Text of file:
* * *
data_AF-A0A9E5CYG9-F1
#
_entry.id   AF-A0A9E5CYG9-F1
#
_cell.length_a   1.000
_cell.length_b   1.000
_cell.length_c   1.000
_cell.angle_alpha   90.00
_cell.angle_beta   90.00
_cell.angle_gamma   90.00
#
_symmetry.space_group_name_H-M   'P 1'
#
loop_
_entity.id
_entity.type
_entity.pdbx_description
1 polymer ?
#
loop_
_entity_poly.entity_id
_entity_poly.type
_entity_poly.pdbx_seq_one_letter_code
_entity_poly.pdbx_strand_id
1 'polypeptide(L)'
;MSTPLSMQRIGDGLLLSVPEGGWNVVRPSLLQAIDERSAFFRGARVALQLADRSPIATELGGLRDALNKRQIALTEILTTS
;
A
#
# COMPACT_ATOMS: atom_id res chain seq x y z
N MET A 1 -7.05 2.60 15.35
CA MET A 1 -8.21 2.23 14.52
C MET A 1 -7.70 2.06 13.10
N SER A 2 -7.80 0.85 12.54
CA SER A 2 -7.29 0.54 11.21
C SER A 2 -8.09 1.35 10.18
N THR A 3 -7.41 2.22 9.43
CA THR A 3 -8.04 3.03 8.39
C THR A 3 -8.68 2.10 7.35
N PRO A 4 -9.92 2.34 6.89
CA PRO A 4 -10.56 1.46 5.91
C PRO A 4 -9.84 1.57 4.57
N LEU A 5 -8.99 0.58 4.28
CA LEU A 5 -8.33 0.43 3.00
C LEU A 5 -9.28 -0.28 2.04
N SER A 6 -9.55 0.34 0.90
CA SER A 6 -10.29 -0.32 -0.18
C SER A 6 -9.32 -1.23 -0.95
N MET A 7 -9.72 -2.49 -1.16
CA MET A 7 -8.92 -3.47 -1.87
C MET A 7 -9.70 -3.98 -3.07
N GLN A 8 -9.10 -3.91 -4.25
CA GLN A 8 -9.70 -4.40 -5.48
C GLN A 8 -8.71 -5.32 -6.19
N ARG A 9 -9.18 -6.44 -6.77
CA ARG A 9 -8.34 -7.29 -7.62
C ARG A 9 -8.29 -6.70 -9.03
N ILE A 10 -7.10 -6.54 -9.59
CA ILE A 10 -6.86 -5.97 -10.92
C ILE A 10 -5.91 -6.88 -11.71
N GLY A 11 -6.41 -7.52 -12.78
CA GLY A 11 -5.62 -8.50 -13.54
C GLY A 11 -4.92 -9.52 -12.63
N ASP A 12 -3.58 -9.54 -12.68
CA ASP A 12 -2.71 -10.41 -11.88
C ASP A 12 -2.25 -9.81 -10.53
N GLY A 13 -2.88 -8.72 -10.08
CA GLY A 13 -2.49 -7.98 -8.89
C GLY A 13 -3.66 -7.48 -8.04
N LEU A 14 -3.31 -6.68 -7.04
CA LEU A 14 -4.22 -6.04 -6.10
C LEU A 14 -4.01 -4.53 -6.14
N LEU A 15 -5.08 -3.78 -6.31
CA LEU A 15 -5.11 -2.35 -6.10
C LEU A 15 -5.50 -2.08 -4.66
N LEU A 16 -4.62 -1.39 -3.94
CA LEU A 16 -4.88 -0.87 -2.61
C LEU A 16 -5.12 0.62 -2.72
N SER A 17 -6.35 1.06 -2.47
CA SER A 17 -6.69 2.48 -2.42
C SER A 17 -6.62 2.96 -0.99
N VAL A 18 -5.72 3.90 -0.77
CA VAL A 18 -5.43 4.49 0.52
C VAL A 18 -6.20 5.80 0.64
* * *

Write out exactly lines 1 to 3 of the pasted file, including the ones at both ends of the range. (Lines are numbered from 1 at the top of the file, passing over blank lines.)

data_AF-A0A9E5CYG9-F1
#
_entry.id   AF-A0A9E5CYG9-F1